Patricia Wells' Trattoria: Simple and Robust Fare Inspired by the Small Family Restaurants of Italy

Patricia Wells' Trattoria: Simple and Robust Fare Inspired by the Small Family Restaurants of Italy

by Patricia Wells, Steven Rothfeld
     
 

Whether it's a bustling eatery in the heart of Florence or a tiny alcove tucked away on a side street in Venice, the trattoria is where Italians go for robust flavors, great friendship, and good times. Patricia Wells' Trattoria now feeds America's passion for Italian food with 150 authentic recipes. Savor a Fresh Artichoke Omelet, succulent Lamb Braised in

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Overview

Whether it's a bustling eatery in the heart of Florence or a tiny alcove tucked away on a side street in Venice, the trattoria is where Italians go for robust flavors, great friendship, and good times. Patricia Wells' Trattoria now feeds America's passion for Italian food with 150 authentic recipes. Savor a Fresh Artichoke Omelet, succulent Lamb Braised in White Wine, Garlic, and Hot Peppers, a hearty portion of Lasagne with Basil, Garlic, and Tomato Sauce, or a luscious Fragrant Orange and Lemon Cake, and much more. This essential cookbook of Italian trattorias presents a full range of homemade recipes for antipasti, soups, dried and fresh pastas, polenta, seafood, poultry, and meat, with special chapters on breads, pizzas, and desserts. Come explore the heart and soul of Italian cooking in Patricia Wells' Trattoria.

Product Details

ISBN-13:
9780060936525
Publisher:
HarperCollins Publishers
Publication date:
10/28/2001
Edition description:
Reprint
Pages:
352
Sales rank:
891,903
Product dimensions:
7.50(w) x 9.12(h) x 0.88(d)

Related Subjects

Read an Excerpt

Pasta and Chick Pea Soup

Pasta e Ceci

Yield: 8 to 10 servings

The Italians are great soup eaters, and one of the truly classic trattoria soups is this simple blend of chick peas — also known as garbanzo beans — simmered in an aromatic broth, punctuated by bits of pasta, and seasoned at table with best-quality olive oil. The soup should be thick and porridge-like, almost thick enough to hold a spoon upright! Since it's so rich, serve it in small portions, accompanied, at most, by a green salad or simple grilled poultry or fish. It's also a great treat when preceded by a platter of raw vegetables dipped in olive oil, just as I sampled one spring evening at Trattoria Omero, a lively spot with a marvelous view of the hills of Florence. Some foods are simply an excuse for eating something else, and I often think of this golden, harvest-like soup as an excuse for garlic and oil, two favorite foods that always put me in a happy frame of mind.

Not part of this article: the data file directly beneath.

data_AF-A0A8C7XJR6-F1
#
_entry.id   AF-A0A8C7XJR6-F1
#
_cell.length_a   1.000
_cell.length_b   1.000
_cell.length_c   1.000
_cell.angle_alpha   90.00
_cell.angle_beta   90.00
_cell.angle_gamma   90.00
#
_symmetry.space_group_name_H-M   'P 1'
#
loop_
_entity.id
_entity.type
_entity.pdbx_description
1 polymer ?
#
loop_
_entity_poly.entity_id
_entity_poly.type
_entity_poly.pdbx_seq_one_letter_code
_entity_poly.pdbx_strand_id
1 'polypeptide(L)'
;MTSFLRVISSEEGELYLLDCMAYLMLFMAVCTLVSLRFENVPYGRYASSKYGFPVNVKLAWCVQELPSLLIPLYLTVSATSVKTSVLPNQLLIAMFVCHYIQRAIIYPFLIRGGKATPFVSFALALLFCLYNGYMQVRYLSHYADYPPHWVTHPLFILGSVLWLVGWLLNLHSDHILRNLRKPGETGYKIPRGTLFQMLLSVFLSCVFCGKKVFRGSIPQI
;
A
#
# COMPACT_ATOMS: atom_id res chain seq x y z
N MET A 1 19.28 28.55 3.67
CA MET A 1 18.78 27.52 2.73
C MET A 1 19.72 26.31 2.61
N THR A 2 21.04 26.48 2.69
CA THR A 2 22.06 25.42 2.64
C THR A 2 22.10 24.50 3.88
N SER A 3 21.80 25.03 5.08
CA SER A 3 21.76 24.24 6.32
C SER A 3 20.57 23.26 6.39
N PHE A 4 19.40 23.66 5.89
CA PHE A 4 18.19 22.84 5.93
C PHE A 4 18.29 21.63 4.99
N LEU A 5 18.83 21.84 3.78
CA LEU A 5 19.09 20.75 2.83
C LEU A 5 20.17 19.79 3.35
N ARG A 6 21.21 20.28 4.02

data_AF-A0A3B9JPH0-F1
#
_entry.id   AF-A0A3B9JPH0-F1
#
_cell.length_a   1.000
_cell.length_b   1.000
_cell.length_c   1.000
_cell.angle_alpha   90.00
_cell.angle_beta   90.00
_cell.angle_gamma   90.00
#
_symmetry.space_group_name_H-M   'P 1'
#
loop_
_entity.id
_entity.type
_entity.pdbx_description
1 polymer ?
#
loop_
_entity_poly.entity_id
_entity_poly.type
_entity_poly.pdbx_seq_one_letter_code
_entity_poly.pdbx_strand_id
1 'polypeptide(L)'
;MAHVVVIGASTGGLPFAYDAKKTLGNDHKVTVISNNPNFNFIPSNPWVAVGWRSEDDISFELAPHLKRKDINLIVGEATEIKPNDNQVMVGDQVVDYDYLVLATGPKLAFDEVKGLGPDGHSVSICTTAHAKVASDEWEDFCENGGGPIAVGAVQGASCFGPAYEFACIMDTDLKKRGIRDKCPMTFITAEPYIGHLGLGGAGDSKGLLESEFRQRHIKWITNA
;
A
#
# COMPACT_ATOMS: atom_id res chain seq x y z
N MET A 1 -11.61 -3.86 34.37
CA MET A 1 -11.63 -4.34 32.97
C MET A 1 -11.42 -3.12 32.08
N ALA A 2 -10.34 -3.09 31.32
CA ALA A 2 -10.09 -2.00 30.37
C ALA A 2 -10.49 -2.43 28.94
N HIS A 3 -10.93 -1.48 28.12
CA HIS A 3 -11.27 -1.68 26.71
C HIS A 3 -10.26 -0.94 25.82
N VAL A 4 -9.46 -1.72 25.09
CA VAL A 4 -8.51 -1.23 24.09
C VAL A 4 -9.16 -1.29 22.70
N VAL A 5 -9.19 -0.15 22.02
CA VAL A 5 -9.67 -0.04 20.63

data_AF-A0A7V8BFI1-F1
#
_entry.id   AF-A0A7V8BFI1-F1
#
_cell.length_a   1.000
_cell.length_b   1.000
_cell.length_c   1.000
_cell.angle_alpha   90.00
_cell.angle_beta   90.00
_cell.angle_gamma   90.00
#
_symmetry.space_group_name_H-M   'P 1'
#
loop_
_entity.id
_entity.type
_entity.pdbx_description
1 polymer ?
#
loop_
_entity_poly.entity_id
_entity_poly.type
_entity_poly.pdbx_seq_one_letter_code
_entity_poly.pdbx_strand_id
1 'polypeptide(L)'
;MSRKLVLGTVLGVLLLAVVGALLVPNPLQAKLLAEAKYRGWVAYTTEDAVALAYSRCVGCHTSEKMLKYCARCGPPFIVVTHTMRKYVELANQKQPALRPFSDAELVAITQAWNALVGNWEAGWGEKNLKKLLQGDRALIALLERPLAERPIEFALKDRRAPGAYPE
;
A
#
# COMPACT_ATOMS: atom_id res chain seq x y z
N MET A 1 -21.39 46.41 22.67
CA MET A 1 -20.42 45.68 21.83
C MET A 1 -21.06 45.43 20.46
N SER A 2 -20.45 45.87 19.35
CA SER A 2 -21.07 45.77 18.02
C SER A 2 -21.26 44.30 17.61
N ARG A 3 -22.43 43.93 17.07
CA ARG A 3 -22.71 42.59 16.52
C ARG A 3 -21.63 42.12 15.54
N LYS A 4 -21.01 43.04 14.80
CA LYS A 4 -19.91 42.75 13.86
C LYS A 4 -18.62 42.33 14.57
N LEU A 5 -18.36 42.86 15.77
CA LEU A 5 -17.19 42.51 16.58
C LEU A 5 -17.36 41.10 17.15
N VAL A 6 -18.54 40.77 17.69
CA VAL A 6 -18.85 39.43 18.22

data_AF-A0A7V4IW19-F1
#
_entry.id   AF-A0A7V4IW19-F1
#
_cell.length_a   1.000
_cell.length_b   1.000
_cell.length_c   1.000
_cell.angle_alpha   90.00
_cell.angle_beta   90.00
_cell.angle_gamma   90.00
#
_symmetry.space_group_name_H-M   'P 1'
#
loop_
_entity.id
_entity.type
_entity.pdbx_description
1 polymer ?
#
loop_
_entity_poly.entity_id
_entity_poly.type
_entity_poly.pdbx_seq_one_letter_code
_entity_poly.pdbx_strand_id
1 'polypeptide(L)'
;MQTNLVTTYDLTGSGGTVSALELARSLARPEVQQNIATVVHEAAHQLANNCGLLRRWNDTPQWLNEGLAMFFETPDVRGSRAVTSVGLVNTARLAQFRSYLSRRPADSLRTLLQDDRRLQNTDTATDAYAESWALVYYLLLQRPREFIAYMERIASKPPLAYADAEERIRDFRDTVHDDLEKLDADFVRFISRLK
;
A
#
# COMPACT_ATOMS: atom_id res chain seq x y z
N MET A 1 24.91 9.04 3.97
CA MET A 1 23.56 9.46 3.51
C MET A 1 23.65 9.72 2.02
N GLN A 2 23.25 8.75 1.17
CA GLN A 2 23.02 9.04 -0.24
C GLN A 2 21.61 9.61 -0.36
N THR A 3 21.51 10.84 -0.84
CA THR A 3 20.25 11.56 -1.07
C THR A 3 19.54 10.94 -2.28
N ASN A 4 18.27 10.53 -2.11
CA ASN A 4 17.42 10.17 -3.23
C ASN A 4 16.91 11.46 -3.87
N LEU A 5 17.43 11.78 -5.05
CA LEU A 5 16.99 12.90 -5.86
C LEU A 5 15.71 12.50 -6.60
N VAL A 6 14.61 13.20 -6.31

Ingredients:
3 cups (1 pound; 500 g) dried chick peas (garbanzo beans)
3 tablespoons extra-virgin olive oil
1 medium onion, diced
1 medium carrot, diced
1 rib celery, thinly sliced
4 plump fresh garlic cloves, crushed
Several sprigs of fresh parsley, sprigs of sage, bay leaves, and celery leaves, tied in a bundle with cotton twine
2 to 3 quarts (2 to 3 l) cold water
Fine sea salt to taste
1/2cup (3 ounces; 90 g) tiny dried Italian pasta, such as ditalini, broken spaghetti, or tiny elbow macaroni
Extra-virgin olive oil, for the table
Instructions:
  • Rinse and drain the chick peas, pickingthem over to remove any pebbles. Place the chick peas in a large bowl, add boiling water to cover, and set aside for 1 hour. Drain and rinse the chick peas, discarding the water. Set aside.
  • In a 6-quart (6-1) heavy-bottomed stockpot, combine the olive oil, onion, carrot, celery, garlic, and the herb bundle, and stir to coat with the oil. Cook over moderate heat until the vegetables are fragrant and soft, about 5 minutes. Add the chick peas, stir to coat with oil, and cook for 1 minute more. Add 2 quarts (2 l) water and stir. Cover, bring to a simmer over moderate heat, and simmer for 1 hour. Add the salt and continue simmering until the chick peas are tender, about 1 hour more, stirring from time to time to make sure they are not sticking to the bottom of the stockpot. Add additional water if the soup becomes too thick. (Cooking time will vary according to the freshness of the chick peas.)
  • Remove and discard the herb bundle. Using an immersion mixer, roughly purée the soup directly in the stockpot. (Alternatively, pass the soup through the coarse blade of a food mill or purée in batches in a food processor, and return it to the stockpot.) The soup should have a creamy, but not totally smooth, consistency. It should be very thick, almost porridge-like. Season with salt to taste. Add the pasta, stir, and cook just until the pasta is tender, about 10 minutes more, stirring frequently to keep the pasta from sticking. Taste for seasoning.
  • To serve, ladle the soup — piping hot — into warmed shallow soup bowls. Pass a cruet of extra-virgin olive oil, drizzling a swirl of oil directly into each bowl of soup. (The soup, of course, may be reheated several times over a period of several days. If it thickens, simply thin with water each time you reheat the soup.)

Patricia Wells' Trattoria. Copyright © by Patricia Wells. Reprinted by permission of HarperCollins Publishers, Inc. All rights reserved. Available now wherever books are sold.

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